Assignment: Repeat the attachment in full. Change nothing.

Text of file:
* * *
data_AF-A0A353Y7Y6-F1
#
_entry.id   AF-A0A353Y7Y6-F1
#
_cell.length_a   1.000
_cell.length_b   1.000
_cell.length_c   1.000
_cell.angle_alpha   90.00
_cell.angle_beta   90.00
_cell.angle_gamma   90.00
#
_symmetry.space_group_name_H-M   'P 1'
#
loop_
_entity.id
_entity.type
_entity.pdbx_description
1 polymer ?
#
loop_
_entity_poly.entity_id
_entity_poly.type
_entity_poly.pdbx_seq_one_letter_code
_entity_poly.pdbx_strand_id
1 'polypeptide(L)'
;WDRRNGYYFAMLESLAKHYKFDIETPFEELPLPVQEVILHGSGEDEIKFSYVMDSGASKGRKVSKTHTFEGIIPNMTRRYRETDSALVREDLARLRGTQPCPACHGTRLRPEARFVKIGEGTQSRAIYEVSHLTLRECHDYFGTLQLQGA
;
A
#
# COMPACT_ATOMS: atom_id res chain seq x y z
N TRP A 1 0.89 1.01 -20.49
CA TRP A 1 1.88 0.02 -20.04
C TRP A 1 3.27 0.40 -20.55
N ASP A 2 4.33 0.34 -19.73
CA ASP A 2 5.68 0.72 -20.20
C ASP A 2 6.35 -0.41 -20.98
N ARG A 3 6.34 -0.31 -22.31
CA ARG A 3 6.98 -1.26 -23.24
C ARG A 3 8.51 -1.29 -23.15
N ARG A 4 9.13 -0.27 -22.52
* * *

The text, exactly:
data_AF-A0A353Y7Y6-F1
#
_entry.id   AF-A0A353Y7Y6-F1
#
_cell.length_a   1.000
_cell.length_b   1.000
_cell.length_c   1.000
_cell.angle_alpha   90.00
_cell.angle_beta   90.00
_cell.angle_gamma   90.00
#
_symmetry.space_group_name_H-M   'P 1'
#
loop_
_entity.id
_entity.type
_entity.pdbx_description
1 polymer ?
#
loop_
_entity_poly.entity_id
_entity_poly.type
_entity_poly.pdbx_seq_one_letter_code
_entity_poly.pdbx_strand_id
1 'polypeptide(L)'
;WDRRNGYYFAMLESLAKHYKFDIETPFEELPLPVQEVILHGSGEDEIKFSYVMDSGASKGRKVSKTHTFEGIIPNMTRRYRETDSALVREDLARLRGTQPCPACHGTRLRPEARFVKIGEGTQSRAIYEVSHLTLRECHDYFGTLQLQGA
;
A
#
# COMPACT_ATOMS: atom_id res chain seq x y z
N TRP A 1 0.89 1.01 -20.49
CA TRP A 1 1.88 0.02 -20.04
C TRP A 1 3.27 0.40 -20.55
N ASP A 2 4.33 0.34 -19.73
CA ASP A 2 5.68 0.72 -20.20
C ASP A 2 6.35 -0.41 -20.98
N ARG A 3 6.34 -0.31 -22.31
CA ARG A 3 6.98 -1.26 -23.24
C ARG A 3 8.51 -1.29 -23.15
N ARG A 4 9.13 -0.27 -22.52